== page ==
Introduction: Fried Snacks (Sumpia)

Picture of Fried Snacks (Sumpia)

These Chinese-influenced Indonesian snacks are most of the times filled with chicken floss and/or beef floss, and they are so wonderful that you won't realize that you could finish the whole package/jar yourself just by one sitting :)

Chicken and beef floss are not available in Canada, but pork floss. You can either use pork floss or fill as you wish! (with ground chicken etc).

Step 1: Filling

Picture of Filling

3 cans of salmon rose @ 213 g

1 1/2 tbsp store bought lime juice

5 kafir lime leaves

4 daun salam (you can subs this with bay leaf but use only 2. Daun salam is Indonesian bay leaf but lesser strong, so they don't really overwhelm flavor, unlike bay leaf. Daun salam is available at Asian stores or online)

100 g chopped purple/red onion

50 g chopped yellow/sweet onion

1 tbsp store bought ready to use fried garlic

1 tbsp store bought ready to use minced garlic

1 1/2 tbsp coriander seeds

1 tbsp lemongrass powder (available at Asian/health food stores or online)

6 cm frozen galangal (available at Asian/health food stores), rinse in hot water

a thumb of tamarind (not the fresh one, but compressed tamarind seeds and pulps, for cooking. Available at Asian stores or online), soak in 3 tbsp hot water

2 tsp sugar, or to taste (or 2 sachets of Splenda sweetener)

400 ml coconut milk

salt to taste

a tbsp of cooking oil

Drain water from salmon, and place salmon into t-fal (no stick) pan. Sprinkle salmon with lime juice and fry until dry, set aside

Make paste of spices along with daun salam and kafir lime leaves.

Pour coconut milk into a pot and add in spice paste, bring to boil

Add in salmon and stir well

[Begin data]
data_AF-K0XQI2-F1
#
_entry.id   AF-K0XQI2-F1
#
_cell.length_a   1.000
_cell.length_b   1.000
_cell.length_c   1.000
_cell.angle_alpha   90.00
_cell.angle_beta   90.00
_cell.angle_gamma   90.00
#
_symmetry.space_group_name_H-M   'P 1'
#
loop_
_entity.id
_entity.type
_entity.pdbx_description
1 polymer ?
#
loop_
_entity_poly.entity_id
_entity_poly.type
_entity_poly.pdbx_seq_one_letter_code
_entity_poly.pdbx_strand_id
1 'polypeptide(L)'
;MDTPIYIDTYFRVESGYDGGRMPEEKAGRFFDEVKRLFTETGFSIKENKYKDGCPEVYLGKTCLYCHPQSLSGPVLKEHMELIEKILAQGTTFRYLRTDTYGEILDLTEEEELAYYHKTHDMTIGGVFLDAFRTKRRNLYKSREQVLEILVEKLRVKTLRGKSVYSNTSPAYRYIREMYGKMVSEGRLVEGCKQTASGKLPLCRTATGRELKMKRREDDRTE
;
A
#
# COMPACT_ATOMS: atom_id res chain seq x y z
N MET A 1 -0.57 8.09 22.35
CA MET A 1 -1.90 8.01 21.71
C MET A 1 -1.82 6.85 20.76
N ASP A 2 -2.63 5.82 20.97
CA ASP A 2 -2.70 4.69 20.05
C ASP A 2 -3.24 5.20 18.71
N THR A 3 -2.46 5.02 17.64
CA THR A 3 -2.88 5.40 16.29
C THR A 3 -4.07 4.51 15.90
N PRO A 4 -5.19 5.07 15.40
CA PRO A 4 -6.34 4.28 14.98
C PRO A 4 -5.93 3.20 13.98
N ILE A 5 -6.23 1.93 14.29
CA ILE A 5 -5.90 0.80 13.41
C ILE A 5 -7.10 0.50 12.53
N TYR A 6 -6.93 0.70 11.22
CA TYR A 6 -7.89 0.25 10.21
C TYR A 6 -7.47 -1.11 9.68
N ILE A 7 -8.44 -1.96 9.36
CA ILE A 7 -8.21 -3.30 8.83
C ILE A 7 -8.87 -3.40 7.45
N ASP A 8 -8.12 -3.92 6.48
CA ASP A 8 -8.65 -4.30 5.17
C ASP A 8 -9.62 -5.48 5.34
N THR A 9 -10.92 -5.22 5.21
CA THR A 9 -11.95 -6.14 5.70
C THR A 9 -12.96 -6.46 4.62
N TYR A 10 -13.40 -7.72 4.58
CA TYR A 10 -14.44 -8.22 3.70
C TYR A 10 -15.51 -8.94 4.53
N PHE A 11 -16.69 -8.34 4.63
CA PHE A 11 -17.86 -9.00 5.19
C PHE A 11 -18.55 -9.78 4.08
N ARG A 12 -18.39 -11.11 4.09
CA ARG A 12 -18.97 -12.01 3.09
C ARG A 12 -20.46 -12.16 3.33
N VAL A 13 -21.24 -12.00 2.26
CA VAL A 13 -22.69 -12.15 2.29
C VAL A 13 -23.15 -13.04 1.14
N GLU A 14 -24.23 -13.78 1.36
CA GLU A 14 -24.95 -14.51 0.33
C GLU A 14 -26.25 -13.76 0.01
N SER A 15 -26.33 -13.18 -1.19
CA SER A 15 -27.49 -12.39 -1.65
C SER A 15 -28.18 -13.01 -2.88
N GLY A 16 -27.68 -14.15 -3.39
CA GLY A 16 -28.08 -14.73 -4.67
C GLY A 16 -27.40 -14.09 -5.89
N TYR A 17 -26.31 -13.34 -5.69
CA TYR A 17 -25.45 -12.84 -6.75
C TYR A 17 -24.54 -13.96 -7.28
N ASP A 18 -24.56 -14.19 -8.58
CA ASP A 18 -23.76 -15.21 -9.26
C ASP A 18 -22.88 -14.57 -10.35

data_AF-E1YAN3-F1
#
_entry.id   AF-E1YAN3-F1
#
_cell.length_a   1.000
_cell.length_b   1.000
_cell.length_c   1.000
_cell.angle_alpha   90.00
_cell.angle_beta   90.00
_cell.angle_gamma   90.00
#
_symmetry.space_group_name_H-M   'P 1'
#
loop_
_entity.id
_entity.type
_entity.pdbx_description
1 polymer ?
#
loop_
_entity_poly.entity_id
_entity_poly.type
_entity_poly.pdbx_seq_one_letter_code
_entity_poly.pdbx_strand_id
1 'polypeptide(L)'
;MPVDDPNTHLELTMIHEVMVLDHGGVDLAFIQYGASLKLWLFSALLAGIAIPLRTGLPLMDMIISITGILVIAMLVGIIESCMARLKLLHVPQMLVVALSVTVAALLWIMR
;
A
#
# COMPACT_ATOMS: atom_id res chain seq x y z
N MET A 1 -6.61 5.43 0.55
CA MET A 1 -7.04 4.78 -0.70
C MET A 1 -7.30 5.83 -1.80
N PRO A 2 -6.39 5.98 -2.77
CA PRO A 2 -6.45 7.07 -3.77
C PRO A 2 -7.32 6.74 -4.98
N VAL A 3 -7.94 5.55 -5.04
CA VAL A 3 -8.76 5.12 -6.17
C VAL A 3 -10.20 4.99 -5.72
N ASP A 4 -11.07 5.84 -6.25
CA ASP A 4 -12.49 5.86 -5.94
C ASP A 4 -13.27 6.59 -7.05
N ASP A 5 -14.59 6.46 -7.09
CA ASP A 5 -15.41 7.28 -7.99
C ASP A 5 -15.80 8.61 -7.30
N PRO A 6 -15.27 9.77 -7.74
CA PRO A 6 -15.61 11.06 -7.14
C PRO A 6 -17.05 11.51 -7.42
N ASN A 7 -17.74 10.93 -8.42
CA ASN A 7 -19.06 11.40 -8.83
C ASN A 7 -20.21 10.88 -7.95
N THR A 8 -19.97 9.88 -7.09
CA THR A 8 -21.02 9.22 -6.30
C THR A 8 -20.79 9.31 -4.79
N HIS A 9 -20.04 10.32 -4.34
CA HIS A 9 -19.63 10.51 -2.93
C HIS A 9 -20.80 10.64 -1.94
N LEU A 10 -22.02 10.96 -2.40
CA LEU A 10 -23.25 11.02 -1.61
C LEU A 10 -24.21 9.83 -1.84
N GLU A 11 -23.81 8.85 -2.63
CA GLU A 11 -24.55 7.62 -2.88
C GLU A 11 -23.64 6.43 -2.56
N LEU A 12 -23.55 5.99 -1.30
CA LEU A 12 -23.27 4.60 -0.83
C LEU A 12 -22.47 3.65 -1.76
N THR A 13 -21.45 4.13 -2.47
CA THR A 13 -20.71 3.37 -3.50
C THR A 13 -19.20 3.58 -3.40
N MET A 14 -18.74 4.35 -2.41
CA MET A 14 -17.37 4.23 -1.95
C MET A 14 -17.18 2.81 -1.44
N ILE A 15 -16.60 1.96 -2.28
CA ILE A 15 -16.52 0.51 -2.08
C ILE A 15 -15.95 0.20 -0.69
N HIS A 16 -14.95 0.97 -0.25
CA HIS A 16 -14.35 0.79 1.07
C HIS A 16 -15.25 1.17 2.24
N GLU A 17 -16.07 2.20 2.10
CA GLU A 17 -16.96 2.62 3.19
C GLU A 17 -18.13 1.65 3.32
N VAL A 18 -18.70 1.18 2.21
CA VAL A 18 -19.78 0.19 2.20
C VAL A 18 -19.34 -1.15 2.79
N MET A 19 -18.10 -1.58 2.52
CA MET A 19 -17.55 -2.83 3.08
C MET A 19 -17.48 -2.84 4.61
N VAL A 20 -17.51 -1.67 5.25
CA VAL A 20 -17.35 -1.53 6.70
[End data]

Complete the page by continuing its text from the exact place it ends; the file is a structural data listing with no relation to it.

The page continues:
Pour in tamarind water, stir well

Lower heat and cook until mixture is soaked up and dry, stirring occasionally.

Once mixture is dried, add in at least a tbsp of cooking oil (2 max). Stir and continue cooking until mixture is dry again

Take off from heat and let cool to room temperature. Your filling is ready :) I actually like eating the filling as is, or on toast or warm rice haha.



Step 2: Skin and Glue

Picture of Skin and Glue

1 package of spring roll skins

tapioca/sago pearl (tapioca/sago flour)

enough water

enough oil for frying

Now, a little note. The glue should be made of sago flour, but since it is rarely available at Asian stores, I made do with sago pearl ;) If you can find tapioca flour or tapioca pearl, they would work too OR simply just water actually.

Bring sago pearl and water to boil and cook until it became paste. You wont need a lot of pearls nor water, just enough. Cool to room temperature.

If you are using the flour, just add warm water to it instead boiling.

But if you cannot find any of pearls nor flours, water would do.

Slice/cut spring roll skins into quarters as shown on picture


Step 3: Method

Picture of Method

Take one spring roll and place a tsp filling as shown on picture

Dab glue all around outer sides of the skin

Fold forward the end side, then fold in left and right side, then roll close the skin

Repeat steps until all skins and filling are used up

Heat enough oil and fry sumpia until golden brown

Enjoy :)

NOTE: Wet filling (cooked meat/chicken/fish) are definitely different to dry filling (chicken floss, beef floss, pork floss). While floss filled sumpia can be stored in jars/containers and would stay crunchy, wet filling would make sumpia soggy if stored in plastic container such as tupperware. Need not to worry! Place sumpia on baking sheet and broil a little. Your sumpia will be crunchy again :)

Comments

Gregarious (author)2016-05-30

Hi...I read through a few times hoping to understand exactly what 'floss' is.

In the end I Googled it and it seems to be a shredded form of the meat, perhaps it is like 'pulled pork'? or shredded duck?

Anyway...no version is available near to me, here in England.

Perhaps you could have explained more or even suggested ways to make our own 'floss'?

They look to be very tasty and if ever I find some 'floss' I will try making them.

klinong (author)Gregarious2016-06-01

Yes, similar to pulled pork but dryer that you can sprinkle it over warm rice or porridge...almost like when you sprinkle fried shallots.

Do you live near Chinatown? they usually have pork floss, it's either Chinese product or from the Philippines (the ones I saw here in Canada are most of the time from China if not from the Philippines)

https://www.amazon.com/Formosa-Brand-Pork-Sung-18/...

http://www.bkhjerky.com/shop/pork-floss.html

Maybe I will post instructable for making floss in near future :)

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